I do not assume that my personal life choices are so fundamental that other people are less human or will live less fulfilled lives because they don't make the same ones.
My assumptions about history began to change 13 years ago. I was teaching a class called Media, Stereotyping and Violence when the tragic events of 9/11 overtook our lives. In the days that followed, my students and I confronted a question: Is all this violence inevitable?
What the NRA is trying to do is cast itself in a softer, more reasonable and, if you'll pardon the expression, less combative way, because for the first time they are up against an opponent whose money, smarts and media access can sway lots of people to go the opposite way.
These groups would have us believe that only gun owners should be allowed to speak about guns, and helpless, tongue-tied gun-owning parents need to be constitutionally protected from their subversive pediatricians.
I would like someone to explain to me why we need more research on the characteristics of gun violence to understand why 100,000 deaths and injuries from guns each year constitutes a risk to health.
While states in much of the country were content to take quick action to address gun violence, Massachusetts took time to craft a comprehensive and strong bill which has garnered wide support. Our law in Massachusetts is unique.
Barbers and hairdressers, like Dionne Flowers of St. Louis, are an integral part of the society. The inconceivable, unknown detail in this story is that Dionne had more training for her license as a hairdresser, than the officers who pulled the trigger on Kajieme Powel had for their licenses.
For some, nationalism can feel like all they have. Others turn to a gang, revenge, or a twisted form of Islam. None of this, of course, remotely excuses invasions, gang violence, massacres or terrorism. But it may be a warning that we can't just flatten the world. We also have to find ways to fill it up.
This week got off to a horrifying start as a 9-year-old girl accidentally shot a gun range instructor with a fully automatic Uzi. While the manager of the Bullets and Burgers range promised a "policy review," how about one for the country? Let's look at why 30 states allow children to own long guns; at why the number of kids dying from gunshot wounds is up nearly 60 percent in 10 years; at why twice as many kids die each year from guns than cancer; at why almost 200 children died from gun violence the year after Sandy Hook. And at what it says about our real regard for child safety that all this can be true while, last month, a mom was arrested for letting her 9-year-old daughter play alone at a playground. This latest gun-related tragedy certainly has more than one victim. How many more children's lives have to be destroyed for us to come to our senses?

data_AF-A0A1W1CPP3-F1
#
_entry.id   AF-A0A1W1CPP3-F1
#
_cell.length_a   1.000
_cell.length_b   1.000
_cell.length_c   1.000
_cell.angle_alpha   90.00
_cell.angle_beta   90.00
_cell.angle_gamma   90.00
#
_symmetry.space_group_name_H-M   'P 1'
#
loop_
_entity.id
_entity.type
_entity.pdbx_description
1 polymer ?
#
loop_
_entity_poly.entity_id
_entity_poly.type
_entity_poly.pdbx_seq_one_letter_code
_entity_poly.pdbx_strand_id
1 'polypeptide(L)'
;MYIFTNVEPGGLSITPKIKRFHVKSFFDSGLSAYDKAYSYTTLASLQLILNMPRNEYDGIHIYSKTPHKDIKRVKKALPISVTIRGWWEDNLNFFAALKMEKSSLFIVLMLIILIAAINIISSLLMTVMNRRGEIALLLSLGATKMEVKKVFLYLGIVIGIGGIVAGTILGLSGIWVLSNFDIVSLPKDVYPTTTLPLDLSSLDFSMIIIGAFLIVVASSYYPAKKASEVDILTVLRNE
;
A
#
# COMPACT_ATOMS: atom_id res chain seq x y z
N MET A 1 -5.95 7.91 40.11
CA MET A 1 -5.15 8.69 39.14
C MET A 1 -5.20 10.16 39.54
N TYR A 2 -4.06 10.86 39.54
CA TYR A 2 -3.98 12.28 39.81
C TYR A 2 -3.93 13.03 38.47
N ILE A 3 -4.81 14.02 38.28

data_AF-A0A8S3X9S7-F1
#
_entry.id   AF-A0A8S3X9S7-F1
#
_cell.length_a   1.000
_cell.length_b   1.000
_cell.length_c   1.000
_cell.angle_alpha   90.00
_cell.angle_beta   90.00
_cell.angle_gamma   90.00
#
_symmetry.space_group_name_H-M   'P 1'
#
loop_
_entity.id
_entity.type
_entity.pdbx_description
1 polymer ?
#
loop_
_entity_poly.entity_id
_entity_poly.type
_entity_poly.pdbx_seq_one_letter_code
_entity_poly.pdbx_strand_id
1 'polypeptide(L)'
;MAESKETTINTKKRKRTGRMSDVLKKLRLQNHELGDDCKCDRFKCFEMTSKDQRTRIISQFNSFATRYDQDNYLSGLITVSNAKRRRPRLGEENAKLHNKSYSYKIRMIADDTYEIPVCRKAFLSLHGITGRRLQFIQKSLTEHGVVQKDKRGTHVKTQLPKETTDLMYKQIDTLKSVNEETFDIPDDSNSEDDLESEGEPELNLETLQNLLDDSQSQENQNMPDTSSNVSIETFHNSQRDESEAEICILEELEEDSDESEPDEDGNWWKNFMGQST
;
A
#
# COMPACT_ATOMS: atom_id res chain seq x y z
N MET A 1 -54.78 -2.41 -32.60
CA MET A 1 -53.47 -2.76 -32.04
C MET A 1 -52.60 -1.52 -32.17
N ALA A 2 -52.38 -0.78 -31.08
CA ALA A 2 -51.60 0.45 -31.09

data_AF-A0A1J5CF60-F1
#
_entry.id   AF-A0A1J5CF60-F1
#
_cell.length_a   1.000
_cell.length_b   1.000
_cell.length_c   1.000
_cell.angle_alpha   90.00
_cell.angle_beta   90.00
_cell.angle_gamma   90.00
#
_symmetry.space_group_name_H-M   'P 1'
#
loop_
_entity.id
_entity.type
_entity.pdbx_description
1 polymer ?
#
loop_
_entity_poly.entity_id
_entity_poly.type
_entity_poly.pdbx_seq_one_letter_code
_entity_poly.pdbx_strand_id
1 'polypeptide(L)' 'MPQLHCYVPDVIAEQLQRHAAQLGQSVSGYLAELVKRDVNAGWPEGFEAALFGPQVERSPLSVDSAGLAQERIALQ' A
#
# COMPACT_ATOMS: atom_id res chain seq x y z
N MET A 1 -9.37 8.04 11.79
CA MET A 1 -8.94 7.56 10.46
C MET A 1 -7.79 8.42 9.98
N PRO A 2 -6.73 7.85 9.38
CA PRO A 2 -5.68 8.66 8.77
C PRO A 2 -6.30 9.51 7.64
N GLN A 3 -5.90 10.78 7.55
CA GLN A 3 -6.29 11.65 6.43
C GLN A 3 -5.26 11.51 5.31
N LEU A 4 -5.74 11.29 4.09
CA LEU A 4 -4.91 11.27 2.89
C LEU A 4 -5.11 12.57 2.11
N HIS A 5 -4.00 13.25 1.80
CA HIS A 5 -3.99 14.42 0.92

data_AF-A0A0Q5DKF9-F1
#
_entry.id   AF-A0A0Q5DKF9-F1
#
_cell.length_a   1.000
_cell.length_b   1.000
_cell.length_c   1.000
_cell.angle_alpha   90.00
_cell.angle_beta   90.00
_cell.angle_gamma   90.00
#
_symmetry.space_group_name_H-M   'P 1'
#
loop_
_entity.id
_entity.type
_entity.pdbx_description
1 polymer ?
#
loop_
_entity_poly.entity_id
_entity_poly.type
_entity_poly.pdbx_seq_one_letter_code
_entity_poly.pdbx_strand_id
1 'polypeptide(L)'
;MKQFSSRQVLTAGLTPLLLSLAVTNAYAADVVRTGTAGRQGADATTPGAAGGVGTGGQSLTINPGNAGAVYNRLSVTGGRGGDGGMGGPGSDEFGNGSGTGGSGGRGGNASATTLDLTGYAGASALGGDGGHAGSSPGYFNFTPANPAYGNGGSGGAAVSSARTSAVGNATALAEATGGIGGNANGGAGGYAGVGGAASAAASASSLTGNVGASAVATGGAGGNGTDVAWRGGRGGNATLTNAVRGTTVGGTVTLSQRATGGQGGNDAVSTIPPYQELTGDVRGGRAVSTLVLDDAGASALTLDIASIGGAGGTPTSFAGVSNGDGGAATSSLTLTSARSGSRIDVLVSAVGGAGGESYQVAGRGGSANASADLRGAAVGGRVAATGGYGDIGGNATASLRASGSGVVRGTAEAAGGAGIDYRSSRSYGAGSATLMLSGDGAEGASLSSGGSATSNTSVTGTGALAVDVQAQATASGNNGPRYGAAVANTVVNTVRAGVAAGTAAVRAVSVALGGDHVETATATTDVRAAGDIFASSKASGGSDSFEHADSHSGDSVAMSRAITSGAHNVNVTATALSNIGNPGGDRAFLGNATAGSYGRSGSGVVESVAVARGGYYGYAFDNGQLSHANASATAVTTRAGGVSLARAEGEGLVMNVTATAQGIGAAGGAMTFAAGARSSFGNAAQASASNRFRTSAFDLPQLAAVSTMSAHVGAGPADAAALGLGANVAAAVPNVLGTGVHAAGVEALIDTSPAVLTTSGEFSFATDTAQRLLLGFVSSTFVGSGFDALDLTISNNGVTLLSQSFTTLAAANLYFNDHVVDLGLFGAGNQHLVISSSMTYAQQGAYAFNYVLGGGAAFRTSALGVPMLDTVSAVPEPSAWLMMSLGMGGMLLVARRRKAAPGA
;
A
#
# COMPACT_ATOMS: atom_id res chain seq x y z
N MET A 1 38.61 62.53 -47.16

Imagine what that child has to live with the rest of her life, having killed a man she didn't know, whom out of normal kindness was trying to help her. But what about the parents who recklessly took their young daughter to a gun range and allowed her to handle such a weapon?
Friends of mine who have guns in a household with children don't want to believe that their home is actually less safe, not more. Those who believe in a society with no guns (me), and those who are training their kids on firearms at the age of 5, will never be able to agree on this.
One of the deeper, darker questions concealed in the maelstrom of rage and grief of Ferguson is this one: What if Officer Darren Wilson had not been armed when he told the two teenagers to get out of the street?
Until recently, conventional wisdom had it that nobody could go up against the NRA and win. They had too much money, too much clout, too many politicians doing their bidding and, most of all, a dedicated and energized membership that could swing public opinion and election results their way.
We need to do more than remember headlines, lest names change but headlines be merely repeated.
Today I want to take a break from real estate to share a life experience I had with a powerful organization and strong group of women.
Our city has an opportunity to stand up for the 403,120 authorized residents of public housing by reducing gun violence and in turn reducing crime in NYCHA developments.